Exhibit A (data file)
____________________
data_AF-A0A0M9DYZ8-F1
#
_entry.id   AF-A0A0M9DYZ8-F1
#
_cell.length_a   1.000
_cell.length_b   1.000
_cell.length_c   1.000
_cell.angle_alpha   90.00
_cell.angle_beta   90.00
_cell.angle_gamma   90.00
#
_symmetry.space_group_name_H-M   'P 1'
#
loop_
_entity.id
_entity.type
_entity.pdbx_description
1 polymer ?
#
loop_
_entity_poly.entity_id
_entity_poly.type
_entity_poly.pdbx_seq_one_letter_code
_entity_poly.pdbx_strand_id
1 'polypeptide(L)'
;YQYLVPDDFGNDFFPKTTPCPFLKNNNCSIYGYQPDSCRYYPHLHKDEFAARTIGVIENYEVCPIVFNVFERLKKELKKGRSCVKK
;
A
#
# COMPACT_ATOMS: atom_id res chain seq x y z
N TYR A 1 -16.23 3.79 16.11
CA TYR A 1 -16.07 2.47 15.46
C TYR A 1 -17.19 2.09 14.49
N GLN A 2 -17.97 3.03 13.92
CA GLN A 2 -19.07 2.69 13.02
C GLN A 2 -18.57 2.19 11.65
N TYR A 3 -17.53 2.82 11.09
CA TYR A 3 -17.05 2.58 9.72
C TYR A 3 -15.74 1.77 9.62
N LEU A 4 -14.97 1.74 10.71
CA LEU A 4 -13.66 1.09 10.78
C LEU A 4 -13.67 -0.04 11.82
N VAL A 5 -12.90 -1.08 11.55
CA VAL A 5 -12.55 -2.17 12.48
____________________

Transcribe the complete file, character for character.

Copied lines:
data_AF-A0A0M9DYZ8-F1
#
_entry.id   AF-A0A0M9DYZ8-F1
#
_cell.length_a   1.000
_cell.length_b   1.000
_cell.length_c   1.000
_cell.angle_alpha   90.00
_cell.angle_beta   90.00
_cell.angle_gamma   90.00
#
_symmetry.space_group_name_H-M   'P 1'
#
loop_
_entity.id
_entity.type
_entity.pdbx_description
1 polymer ?
#
loop_
_entity_poly.entity_id
_entity_poly.type
_entity_poly.pdbx_seq_one_letter_code
_entity_poly.pdbx_strand_id
1 'polypeptide(L)'
;YQYLVPDDFGNDFFPKTTPCPFLKNNNCSIYGYQPDSCRYYPHLHKDEFAARTIGVIENYEVCPIVFNVFERLKKELKKGRSCVKK
;
A
#
# COMPACT_ATOMS: atom_id res chain seq x y z
N TYR A 1 -16.23 3.79 16.11
CA TYR A 1 -16.07 2.47 15.46
C TYR A 1 -17.19 2.09 14.49
N GLN A 2 -17.97 3.03 13.92
CA GLN A 2 -19.07 2.69 13.02
C GLN A 2 -18.57 2.19 11.65
N TYR A 3 -17.53 2.82 11.09
CA TYR A 3 -17.05 2.58 9.72
C TYR A 3 -15.74 1.77 9.62
N LEU A 4 -14.97 1.74 10.71
CA LEU A 4 -13.66 1.09 10.78
C LEU A 4 -13.67 -0.04 11.82
N VAL A 5 -12.90 -1.08 11.55
CA VAL A 5 -12.55 -2.17 12.48